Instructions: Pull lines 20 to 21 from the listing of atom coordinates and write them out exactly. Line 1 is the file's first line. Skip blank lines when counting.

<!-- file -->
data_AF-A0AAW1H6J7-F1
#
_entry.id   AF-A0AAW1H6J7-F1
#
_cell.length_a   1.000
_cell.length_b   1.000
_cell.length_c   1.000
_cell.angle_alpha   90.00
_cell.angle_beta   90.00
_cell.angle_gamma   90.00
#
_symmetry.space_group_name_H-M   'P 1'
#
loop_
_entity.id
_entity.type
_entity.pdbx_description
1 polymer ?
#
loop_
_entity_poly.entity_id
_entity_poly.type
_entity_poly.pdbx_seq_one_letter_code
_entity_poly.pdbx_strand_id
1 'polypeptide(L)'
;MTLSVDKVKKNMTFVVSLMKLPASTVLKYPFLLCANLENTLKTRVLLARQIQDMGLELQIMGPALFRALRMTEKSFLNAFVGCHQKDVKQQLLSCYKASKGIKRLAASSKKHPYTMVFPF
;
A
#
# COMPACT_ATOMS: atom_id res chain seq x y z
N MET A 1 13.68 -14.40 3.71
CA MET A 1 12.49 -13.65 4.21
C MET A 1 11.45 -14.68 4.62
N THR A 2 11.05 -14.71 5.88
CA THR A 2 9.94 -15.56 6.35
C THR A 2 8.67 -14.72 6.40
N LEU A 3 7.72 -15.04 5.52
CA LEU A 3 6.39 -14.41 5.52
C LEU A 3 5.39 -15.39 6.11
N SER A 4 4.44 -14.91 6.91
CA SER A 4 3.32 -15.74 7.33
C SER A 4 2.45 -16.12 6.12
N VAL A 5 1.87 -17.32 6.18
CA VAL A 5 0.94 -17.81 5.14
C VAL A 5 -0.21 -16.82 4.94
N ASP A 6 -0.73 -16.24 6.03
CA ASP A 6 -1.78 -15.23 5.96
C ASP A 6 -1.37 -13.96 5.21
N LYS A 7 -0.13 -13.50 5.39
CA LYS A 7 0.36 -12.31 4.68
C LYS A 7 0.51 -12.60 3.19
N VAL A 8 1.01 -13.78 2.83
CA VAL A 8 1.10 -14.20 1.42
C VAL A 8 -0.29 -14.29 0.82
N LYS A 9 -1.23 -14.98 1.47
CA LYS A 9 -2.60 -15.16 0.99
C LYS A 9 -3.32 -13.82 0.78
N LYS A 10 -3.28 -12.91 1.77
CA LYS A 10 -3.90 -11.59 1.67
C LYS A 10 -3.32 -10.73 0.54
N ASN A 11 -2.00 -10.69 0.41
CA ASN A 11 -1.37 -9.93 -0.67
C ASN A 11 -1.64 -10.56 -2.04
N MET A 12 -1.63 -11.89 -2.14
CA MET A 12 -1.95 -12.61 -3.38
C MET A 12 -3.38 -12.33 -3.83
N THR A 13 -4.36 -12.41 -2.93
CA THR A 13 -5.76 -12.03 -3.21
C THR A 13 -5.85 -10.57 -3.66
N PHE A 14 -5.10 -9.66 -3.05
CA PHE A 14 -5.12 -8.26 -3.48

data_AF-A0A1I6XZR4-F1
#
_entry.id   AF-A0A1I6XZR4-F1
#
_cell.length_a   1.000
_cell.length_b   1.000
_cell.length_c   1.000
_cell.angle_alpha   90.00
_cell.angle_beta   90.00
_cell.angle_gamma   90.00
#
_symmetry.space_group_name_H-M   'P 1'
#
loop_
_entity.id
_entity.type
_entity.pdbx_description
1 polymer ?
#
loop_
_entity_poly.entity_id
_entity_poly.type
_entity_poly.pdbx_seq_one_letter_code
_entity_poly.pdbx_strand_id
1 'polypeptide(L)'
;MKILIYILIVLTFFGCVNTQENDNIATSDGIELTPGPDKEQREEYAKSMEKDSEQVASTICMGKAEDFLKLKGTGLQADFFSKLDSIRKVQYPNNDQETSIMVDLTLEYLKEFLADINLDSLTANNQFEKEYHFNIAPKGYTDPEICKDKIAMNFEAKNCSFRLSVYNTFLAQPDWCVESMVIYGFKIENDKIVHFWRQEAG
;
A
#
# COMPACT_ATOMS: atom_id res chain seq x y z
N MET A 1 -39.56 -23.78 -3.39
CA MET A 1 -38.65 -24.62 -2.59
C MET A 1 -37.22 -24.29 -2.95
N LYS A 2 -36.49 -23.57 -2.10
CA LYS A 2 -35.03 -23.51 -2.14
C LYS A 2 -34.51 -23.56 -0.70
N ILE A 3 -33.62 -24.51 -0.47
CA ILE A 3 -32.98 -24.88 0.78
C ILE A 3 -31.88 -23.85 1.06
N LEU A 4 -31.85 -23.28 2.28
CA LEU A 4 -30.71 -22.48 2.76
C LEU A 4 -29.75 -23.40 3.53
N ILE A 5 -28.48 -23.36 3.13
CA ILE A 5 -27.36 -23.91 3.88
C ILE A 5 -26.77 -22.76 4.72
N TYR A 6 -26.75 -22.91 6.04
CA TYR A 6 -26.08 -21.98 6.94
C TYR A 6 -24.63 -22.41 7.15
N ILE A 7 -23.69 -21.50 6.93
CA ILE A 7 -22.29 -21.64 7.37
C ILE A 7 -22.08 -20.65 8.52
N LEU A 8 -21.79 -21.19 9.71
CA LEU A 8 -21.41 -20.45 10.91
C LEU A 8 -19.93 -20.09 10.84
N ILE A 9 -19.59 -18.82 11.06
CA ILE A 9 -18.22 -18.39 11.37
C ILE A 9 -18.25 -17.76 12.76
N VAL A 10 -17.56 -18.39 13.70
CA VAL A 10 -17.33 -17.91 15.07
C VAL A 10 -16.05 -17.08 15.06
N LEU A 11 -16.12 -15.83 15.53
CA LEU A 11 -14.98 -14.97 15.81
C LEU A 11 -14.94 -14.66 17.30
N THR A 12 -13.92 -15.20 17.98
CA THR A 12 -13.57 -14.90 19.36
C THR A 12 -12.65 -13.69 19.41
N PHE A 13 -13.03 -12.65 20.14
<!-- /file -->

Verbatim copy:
loop_
_entity_poly.entity_id